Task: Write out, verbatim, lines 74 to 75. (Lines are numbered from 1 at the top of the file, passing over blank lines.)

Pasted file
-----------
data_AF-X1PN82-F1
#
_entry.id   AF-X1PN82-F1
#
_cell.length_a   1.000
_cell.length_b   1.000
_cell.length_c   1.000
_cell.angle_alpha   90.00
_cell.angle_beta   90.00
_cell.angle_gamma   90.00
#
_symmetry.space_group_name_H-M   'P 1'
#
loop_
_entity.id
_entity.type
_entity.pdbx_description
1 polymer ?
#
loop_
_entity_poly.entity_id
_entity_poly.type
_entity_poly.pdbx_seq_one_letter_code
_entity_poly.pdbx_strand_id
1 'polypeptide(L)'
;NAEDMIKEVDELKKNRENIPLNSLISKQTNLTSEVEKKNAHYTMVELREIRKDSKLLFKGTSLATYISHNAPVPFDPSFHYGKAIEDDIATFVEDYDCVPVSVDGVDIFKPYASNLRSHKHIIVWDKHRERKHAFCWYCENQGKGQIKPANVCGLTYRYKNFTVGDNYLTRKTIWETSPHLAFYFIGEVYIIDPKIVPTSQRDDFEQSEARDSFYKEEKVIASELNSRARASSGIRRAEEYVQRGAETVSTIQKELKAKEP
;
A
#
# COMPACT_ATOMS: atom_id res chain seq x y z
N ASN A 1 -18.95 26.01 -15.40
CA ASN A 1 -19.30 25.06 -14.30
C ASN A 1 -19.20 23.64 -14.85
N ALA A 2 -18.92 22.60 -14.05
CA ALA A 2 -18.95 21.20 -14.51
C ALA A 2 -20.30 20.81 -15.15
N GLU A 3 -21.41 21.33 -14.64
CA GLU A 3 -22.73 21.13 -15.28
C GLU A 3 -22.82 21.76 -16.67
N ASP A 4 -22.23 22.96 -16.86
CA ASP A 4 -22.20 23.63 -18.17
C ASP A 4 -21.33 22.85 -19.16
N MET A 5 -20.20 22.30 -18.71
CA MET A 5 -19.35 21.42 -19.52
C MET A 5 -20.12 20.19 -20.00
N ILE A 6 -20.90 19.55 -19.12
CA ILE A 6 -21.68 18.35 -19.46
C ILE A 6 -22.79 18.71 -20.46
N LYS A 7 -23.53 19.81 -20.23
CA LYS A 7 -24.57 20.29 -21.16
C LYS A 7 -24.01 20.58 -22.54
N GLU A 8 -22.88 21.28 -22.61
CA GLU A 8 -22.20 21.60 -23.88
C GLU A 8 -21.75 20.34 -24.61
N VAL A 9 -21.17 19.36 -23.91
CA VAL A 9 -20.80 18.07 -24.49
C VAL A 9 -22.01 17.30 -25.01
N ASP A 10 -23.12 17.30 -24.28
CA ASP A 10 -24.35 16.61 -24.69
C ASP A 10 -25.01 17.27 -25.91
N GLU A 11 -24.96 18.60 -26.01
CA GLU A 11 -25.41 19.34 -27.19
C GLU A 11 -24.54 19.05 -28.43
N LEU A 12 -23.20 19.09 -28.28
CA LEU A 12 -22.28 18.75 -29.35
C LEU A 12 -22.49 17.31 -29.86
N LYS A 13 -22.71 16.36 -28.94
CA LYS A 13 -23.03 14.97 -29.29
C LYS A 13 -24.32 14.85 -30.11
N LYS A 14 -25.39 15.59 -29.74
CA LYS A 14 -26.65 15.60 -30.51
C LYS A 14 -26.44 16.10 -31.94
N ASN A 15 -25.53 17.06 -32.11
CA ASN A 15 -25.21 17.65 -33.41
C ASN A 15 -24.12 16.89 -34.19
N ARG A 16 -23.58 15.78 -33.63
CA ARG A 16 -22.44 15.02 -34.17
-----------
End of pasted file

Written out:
CA ASN A 15 -25.21 17.65 -33.41
C ASN A 15 -24.12 16.89 -34.19